The contact author has declared that neither they nor their co-authors have any competing interests.


Publisher's note: Copernicus Publications remains neutral with regard to jurisdictional claims in published maps and institutional affiliations.


We thank Carl Brenner and Angela Slagle at USSSP for encouraging the writing of this synthesis. The manuscript benefited from reviews by Rebecca Robinson and Clara Bolton.

Review statement

This paper was edited by Will Sager and reviewed by Clara Bolton and Rebecca Robinson.


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Short summary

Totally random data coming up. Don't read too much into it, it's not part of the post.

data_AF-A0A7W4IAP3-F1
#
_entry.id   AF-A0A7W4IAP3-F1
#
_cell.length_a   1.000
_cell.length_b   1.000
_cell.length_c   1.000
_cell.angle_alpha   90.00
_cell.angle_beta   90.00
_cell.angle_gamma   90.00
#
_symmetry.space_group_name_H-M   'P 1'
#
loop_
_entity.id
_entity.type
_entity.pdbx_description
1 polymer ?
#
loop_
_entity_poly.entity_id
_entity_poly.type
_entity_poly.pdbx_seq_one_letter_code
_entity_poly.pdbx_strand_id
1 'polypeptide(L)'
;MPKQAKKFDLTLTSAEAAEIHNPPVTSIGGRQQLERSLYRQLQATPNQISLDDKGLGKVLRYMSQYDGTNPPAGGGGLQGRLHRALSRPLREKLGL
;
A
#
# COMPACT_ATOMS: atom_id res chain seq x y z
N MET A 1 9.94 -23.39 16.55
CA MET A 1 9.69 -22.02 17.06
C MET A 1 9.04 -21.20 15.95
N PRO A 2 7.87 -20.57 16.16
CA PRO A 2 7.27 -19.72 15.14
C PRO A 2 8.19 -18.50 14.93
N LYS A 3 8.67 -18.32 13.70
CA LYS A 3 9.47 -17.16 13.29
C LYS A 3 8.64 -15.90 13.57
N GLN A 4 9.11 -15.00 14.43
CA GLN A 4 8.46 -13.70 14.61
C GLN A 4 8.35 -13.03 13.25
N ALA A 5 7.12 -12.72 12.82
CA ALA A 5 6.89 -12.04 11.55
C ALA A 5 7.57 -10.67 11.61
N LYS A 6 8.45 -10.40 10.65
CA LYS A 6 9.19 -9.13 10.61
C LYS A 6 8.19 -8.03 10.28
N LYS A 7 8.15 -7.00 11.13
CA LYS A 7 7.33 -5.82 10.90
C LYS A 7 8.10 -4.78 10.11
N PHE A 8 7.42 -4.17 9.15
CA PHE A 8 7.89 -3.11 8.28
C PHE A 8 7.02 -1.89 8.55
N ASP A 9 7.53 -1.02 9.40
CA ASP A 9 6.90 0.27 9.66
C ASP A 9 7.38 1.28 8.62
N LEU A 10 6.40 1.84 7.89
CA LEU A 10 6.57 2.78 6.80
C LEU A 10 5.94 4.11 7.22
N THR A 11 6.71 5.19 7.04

An integrated campaign of drilling around Asia and Australia was conducted from 2013 to 2016 to reconstruct the monsoon climate. The results provide relatively continuous records spanning the last 24 myr. Asia has shown a steady drying since the late Miocene, while Australia has become wetter. The monsoons are affected by the tectonics of Asia and surrounding seas, as well as orbital forcing, resulting in diachronous evolution of continental climate, ocean currents, and the marine biosphere.